Last year at the Great Race, running on an injured knee 8 days post-marathon (I know, I’m dumb), I remember running along the brutal and exposed Boulevard of the Allies and feeling myself tear up as I looked at that view: when would I get to see it this way again?
Well, turns out, my streak would remain unbroken for at least one more year.
My awesome friend and Pittsburgh running pal and training partner Kim was getting hitched to her sweetie, Scott, the day before the Great Race. So, while we were in town for the big event, why not run the race? Coach Mark agreed, sliding the race into an 18-miler as marathon pace miles.
It was a sprint of a weekend from the get-go. I’m still hurting for time off (April vacations really set me back at the new job) so we flew in Friday evening after work, arriving pretty late. I woke up earlyish Saturday to drive up to North Park and ran four easy, beautiful, cool and crisp miles with Kim near her wedding site. I had taken three days off running – Wednesday was Yom Kippur so I fasted (full fast: no food or water for 24+ hours), then Thursday was scheduled off to rehydrate and refuel; I was initially scheduled to run 5 on Friday but Mark OK’d me switching with Saturday so I could run with the bride. #priorities So getting my legs moving again felt amazing, and they were super-fresh. Combine that with the joy of getting to run with a former training partner I used to get to run with on a weekly basis? Bliss.
After the run, we ran over to Dunkin Donuts to get some coffee and donuts for the crew of family and friends who were joining to help tidy up the pavilion where the wedding was happening. I helped out in any way I could for a couple hours, sweeping away dust and leaves (spoiler alert: all the leaves blew back in during the day, but it gave the autumn wedding a lovely look), putting together paper lanterns, and arranging other items. Then I headed into the city to hit the Great Race expo. I grabbed my bib, swapped it for the seeded bib I was supposed to get (maiden name/married name confusion – I was invited under my maiden name and registered under married. Whoops), and got to hang out with my friend Kelly and her adorable kiddos for a bit, wandering the expo, buying shoes we totally didn’t need really needed, and chatting it up. Then it was back to the hotel for a big lunch (my eating was all kinds of off) at Panera, then relaxing a bit, showering up, getting dressed, and heading to the wedding!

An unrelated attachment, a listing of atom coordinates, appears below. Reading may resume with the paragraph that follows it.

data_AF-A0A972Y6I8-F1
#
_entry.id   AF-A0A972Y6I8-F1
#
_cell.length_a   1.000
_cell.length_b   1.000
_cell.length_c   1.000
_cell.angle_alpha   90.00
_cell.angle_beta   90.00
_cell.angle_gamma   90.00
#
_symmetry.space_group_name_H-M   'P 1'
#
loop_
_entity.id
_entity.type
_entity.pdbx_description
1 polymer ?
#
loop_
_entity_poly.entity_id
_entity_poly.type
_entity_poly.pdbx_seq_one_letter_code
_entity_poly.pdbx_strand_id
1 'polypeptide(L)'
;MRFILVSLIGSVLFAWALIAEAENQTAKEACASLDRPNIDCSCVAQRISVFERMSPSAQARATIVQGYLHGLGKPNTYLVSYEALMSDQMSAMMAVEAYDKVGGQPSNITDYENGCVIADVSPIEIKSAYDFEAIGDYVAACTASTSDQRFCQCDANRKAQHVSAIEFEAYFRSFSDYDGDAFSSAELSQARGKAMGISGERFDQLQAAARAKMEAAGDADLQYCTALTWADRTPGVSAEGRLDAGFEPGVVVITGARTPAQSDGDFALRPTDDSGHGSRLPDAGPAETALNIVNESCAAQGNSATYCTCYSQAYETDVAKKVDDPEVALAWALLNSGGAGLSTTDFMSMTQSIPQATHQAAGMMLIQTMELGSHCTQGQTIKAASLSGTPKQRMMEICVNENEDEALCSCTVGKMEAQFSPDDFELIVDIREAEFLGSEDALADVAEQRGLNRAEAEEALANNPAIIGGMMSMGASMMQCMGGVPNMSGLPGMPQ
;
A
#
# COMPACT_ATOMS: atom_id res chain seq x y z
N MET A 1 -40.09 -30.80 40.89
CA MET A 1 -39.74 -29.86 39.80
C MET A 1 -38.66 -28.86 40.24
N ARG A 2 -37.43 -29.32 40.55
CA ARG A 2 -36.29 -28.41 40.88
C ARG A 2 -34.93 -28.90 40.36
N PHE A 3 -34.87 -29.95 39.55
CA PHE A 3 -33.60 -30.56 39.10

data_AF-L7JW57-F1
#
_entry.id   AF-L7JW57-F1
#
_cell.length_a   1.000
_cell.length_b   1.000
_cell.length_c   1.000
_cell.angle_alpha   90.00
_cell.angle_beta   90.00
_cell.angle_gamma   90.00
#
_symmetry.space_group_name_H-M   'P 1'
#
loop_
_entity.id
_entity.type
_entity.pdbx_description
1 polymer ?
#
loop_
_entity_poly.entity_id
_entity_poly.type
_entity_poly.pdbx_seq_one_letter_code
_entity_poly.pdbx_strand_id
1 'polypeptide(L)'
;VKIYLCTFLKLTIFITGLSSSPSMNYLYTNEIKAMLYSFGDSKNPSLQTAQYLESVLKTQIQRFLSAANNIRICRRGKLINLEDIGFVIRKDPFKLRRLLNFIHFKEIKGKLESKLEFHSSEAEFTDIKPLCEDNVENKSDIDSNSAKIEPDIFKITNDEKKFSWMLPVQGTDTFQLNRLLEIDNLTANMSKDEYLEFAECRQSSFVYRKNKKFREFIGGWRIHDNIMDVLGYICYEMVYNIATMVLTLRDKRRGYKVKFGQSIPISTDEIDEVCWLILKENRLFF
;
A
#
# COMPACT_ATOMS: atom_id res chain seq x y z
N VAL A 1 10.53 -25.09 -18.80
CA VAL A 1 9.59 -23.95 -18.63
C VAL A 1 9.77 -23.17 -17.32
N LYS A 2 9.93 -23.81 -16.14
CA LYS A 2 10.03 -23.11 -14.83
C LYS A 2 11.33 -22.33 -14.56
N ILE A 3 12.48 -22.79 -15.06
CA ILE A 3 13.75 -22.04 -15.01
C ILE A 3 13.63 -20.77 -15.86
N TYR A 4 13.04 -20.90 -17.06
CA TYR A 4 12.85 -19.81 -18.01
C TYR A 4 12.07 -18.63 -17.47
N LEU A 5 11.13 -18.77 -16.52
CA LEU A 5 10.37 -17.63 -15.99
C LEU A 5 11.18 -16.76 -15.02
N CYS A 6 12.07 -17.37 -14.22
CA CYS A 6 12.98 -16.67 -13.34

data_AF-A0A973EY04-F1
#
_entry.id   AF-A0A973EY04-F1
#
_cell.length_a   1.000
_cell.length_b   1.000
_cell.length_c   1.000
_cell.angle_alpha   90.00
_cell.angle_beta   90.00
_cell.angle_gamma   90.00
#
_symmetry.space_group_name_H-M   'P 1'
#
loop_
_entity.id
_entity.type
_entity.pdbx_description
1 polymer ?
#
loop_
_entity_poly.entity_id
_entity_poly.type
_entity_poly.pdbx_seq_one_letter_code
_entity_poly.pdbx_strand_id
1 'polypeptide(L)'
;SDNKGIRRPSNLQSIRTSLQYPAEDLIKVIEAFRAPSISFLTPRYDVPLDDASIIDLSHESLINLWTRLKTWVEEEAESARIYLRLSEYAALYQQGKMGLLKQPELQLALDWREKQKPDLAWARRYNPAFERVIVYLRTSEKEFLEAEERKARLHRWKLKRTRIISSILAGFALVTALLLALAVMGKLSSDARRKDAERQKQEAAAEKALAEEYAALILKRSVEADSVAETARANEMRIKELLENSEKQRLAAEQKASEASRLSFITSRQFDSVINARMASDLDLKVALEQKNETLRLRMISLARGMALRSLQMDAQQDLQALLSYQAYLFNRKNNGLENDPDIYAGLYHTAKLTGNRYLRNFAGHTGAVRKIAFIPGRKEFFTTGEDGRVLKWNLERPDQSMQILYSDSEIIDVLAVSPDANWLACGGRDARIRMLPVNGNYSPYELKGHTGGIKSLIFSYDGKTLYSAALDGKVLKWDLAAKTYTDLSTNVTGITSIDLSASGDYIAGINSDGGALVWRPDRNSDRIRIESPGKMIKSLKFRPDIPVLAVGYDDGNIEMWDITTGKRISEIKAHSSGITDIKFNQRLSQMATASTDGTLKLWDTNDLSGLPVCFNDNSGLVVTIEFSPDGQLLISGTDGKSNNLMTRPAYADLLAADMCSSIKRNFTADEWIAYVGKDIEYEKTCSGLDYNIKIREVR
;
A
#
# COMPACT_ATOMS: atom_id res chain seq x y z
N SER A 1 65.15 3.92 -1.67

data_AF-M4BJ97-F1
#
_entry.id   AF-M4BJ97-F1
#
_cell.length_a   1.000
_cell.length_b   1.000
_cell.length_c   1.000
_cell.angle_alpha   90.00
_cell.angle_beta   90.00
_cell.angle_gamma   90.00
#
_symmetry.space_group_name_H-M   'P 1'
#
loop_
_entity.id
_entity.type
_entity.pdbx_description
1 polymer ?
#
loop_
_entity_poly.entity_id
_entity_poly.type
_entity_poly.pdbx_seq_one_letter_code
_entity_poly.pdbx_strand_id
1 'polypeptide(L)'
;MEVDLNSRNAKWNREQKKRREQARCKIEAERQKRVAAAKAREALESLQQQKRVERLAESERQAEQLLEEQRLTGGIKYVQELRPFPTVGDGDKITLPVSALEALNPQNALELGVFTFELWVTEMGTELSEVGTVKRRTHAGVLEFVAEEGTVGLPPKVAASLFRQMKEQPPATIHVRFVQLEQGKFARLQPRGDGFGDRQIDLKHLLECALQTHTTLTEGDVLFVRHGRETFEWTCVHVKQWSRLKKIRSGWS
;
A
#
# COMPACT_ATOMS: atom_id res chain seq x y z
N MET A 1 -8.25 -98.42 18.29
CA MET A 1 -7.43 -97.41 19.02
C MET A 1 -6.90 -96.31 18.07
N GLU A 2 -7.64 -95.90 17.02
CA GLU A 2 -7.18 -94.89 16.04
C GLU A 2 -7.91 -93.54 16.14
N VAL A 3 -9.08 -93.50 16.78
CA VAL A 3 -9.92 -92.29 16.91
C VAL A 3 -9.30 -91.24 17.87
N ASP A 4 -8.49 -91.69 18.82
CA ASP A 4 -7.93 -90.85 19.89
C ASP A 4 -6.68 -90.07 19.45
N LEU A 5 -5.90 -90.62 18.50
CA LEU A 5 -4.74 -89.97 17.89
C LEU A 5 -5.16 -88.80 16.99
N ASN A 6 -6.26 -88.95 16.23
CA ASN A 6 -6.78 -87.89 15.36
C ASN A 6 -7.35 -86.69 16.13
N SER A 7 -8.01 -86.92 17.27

It was a lovely, romantic, brief ceremony, followed by an equally lovely and relaxed night of eating BBQ and dancing the night away. The weather was perfect – breezy and cool but not cold, and the sky cleared for a smattering of stars that myself, Kim, and Danielle and I got to enjoy as we wandered over to the restrooms in the middle of the field nearby. I wasn’t sure how I’d do long running on a belly full of BBQ and cornbread, and my IT band began to object to the dancing late in the evening, but some things are just worth it.
Of course we were at the designated runner table, and it was wonderful to be able to catch up with Danielle, my other best running partner in PGH, from whom I used to live only a half mile away. The three of us girls had a good time hamming it up.
Shannon and I collapsed into bed late but not too late, and the 9:30 am race start was an asset. He headed out before I did to catch the earliest possible bus, and I hit the road at 7:45 to get in my early miles. I opted for my Oiselle singlet, arm warmers, and moto lesley tights, fearing the standing around pre-race would drop my body temperature – turned out I didn’t need any of this, and I shed the arm warmers a mile in and tied them to my fitletic belt, never putting them back on.
It took me a few miles to find a groove, partly because I frontloaded the hills a bit. I made my way from our Bakery Square hotel up to Highland Park, did a quick loop, then came down Negley to Friendship, waving in near-ish passing to both my old apartments. After a couple miles, I talked my brain into enjoying itself and soaking up the Pittsburgh love. I checked the time a few times and worried occasionally, but knew I was fine. It was hilarious to see other runners with bibs on walking or jogging to the start, and giving me strange looks as I passed them going the opposite direction of the starting line. Eventually, I was heading down Fifth and up Beechwood to wind my way to the start, all uphill the last 2 miles, but speeding up as I approached the chaos and noise and excitement. Almost 10 miles into my long run, I arrived at the start.
If for no other reason, I was very happy to have a seeded bib when arriving only 20 minutes before the start. I slipped right into the corral, saw a bunch of friends, including a few other birdies (Jen and Carrie!), stayed out of the way for the hand cycle start, and then headed toward the corral. I shoved my way back to the 8:00 group, where Shannon and Jose were, knowing starting with the seeded runners would be The Dumbest. My goal pace was 8:07, so I was where I needed to be.